What’s your earliest memory of being interested in food?
I think it came naturally, I was always around my mum, and my Great-aunt Suzanne, helping, being curious, collecting what was needed for lunch or dinner, going shopping, with my hand-written list, which most of the time I had to give to people as I was a bit small to reach the shelves. Fun memories though!
Are there any specific flavours or food memories from your childhood growing up in France that you try and recreate in your cooking today?
Yes there are quite a few. Mainly ones from the regionIam from. Favourites include my Aunt Suzanne’s cake, my Mum’s tartes aux pommes, also roasted pheasant, and a couple of the classics, many which are included in my previous book, TheFrench Brasserie Cookbook (Duncan Baird). My lastbook, ‘Revolutionary French Cooking’, however, sees me take more of what we do in our restaurant and adapt the recipes for home cooking and a lighter palate.
Having lived and worked as a chef in the UK for a number of years how has the British landscape and British ingredients affected your culinary style?
A lot! Since working for the Roux brothers in the late 1970s, I understood that Britain had so much to offer, with such beautiful ingredients and produce. Now I am pleased to say that 80% of our menu is devoted to British produce, all of which changes each season. Ihave also seen how people now care much more about the origin, welfare and ethics of their food, which makes a big difference. AndI’msure all those programs about cooking are helping as well!
What kind of experience do you try and create for your guests at your Michelin starred restaurant, The Vineyard in Stockcross?
In the Vineyard, we work essentially with seasons, which means we do change the menu quite often. But we also offer our wine-matching menu, which is our specialty, as we own a vineyard in California — the famous Peter Michael Winery.I think that we present a very elegant way of dining and tasting with a unique experience from the sommelier who will take you on a lovely voyage around the world of wine. It isspecial and unique. We have gained a big following as people like the idea of making their own menu.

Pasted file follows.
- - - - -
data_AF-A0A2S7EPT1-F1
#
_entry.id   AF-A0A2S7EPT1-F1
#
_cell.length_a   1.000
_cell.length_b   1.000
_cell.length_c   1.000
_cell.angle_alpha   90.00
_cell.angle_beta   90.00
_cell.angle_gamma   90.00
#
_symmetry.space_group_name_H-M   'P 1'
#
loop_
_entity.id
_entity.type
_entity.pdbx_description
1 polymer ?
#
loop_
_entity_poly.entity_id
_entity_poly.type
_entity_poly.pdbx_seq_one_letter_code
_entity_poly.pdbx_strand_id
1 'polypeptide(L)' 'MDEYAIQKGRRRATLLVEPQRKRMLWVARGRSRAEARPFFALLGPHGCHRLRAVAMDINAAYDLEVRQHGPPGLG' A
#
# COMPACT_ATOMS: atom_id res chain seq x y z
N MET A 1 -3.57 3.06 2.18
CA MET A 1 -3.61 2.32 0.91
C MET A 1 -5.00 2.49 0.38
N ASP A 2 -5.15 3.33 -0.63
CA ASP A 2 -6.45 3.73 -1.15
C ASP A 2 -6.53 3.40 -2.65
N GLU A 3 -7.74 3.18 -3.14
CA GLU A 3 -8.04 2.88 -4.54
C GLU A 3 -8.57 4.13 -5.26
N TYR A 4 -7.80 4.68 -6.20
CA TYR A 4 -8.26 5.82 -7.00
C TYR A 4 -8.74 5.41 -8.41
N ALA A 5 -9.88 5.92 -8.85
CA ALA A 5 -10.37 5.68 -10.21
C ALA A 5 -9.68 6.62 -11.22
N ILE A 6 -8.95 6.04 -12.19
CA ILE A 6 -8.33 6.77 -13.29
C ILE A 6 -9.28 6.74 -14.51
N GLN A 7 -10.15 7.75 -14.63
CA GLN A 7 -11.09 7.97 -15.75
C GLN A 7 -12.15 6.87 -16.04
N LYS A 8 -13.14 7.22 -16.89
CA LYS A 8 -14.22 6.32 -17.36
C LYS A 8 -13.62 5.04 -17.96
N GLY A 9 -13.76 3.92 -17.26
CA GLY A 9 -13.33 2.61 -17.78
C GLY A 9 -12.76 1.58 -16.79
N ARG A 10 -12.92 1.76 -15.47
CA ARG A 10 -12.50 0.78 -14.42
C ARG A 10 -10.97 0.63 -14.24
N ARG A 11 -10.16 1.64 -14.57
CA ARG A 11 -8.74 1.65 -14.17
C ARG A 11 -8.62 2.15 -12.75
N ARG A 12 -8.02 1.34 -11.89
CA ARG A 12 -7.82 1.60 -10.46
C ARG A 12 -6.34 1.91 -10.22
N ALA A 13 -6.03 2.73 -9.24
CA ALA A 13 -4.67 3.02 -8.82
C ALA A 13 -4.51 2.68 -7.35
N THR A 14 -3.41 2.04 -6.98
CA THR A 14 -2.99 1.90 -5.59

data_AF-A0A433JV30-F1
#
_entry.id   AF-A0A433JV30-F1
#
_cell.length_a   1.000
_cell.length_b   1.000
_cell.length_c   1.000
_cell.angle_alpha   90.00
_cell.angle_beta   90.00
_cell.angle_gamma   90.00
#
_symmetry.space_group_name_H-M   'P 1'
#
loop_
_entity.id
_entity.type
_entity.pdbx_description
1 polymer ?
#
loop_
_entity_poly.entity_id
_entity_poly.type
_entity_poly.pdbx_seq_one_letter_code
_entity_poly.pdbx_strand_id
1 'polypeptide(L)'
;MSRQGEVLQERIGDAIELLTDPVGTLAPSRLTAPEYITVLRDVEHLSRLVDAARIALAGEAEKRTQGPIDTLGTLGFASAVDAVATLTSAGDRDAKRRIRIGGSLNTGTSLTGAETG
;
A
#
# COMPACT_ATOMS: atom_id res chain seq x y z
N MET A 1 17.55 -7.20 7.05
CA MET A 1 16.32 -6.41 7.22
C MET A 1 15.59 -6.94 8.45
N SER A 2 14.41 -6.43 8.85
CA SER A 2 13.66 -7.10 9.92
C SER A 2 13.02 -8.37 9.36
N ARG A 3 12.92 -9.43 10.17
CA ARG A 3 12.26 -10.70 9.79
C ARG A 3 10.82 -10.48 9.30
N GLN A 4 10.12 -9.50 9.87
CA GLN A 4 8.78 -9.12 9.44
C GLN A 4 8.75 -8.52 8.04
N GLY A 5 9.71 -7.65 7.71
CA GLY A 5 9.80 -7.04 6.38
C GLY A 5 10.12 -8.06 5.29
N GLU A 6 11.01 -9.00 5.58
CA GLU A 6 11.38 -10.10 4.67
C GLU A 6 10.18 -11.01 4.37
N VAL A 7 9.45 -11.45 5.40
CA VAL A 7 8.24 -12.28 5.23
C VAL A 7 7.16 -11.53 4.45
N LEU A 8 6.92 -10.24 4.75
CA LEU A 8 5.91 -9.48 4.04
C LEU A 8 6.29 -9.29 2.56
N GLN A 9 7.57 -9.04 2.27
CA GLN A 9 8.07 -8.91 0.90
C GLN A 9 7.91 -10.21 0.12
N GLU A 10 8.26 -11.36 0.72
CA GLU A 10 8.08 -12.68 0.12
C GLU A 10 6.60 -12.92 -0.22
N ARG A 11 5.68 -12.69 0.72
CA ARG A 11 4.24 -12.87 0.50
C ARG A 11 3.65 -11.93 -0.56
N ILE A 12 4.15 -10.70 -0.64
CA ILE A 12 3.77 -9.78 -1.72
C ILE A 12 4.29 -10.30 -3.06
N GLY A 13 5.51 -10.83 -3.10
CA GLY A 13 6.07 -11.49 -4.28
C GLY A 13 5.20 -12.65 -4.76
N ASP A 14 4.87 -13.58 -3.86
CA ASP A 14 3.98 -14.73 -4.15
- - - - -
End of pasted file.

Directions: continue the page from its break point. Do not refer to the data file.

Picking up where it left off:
What has been the proudest moment of your career so far?
Many! Working in Michelin starred restaurants was a real eye opener, very hard but you are taught how to be focussed, to have a proper work ethic, discipline etc. It also teaches you about produce and how to make the best of it in a very consistent way. It took me to a much higher level and I was rewarded with my own Michelin star, in four different restaurants.Ialso try to pass on all my knowledge as much as possible.
Three years ago, when I launched my first book, that was a very special to me. Now with the second being published in May, I never thought I would do that! It has been a long hard journey, but there are so many people who have helped me on the way. My wife Claire is a big part of that. I am so proud.
What can readers expect from your new book, Revolutionary French Cooking?
This one is a little more challenging, I have adapted the way in which we work in the restaurant so that they are approachable for the home cook. The recipes need no fancy utensils such aswater baths, vacuum pack machines etc but show how to recreate thesetechniques in a home kitchen and achieve the sameresults. It will be fun for people who love entertaining and love cooking. We made sure that this book was well puttogether anduser-friendly.
While your previous book, French Brasserie Cookbook, gave readers an insight to traditional French cooking, Revolutionary French Cooking sees you stepping in a new direction towards contemporary French cuisine. What’s the reason for the change?
For a long time nowIhave been cooking in a morerelaxed way, using the seasons and prime ingredients and naturally putting them together to create tasty, colourful, light and elegant food, served in a very simple way. ThenIrealised this was the basis of French cooking, which is also very versatile and uses superb regional produce, which I think people have forgotten. With the emergence of interest in Spain and Scandinavian as culinary destinations over the last 10 to 12 years, France has been a bit forgotten. However, French cooking is changing and I wanted to show that in this new book, hence the reason of the title!
It’s foreword is by the master of modern cuisine, Heston Blumenthal. Did you take inspiration from his work for this new step in a modernist direction?
Heston is a good friend and has always appreciated my cooking from my time at Harvey’s in Bristol where he used to visit whenIwas there. We know each other well butIalso very much like the way he approaches British cooking, not only by using ancient recipes and turning them into modern icons but also by thinking of ways which would make British chefs realise the potential oftheir ownregions and its ingredients, produce and of course talent. His style is unique and I could not do what he does. He has no barrier and is an autodidact! I have great admiration for him.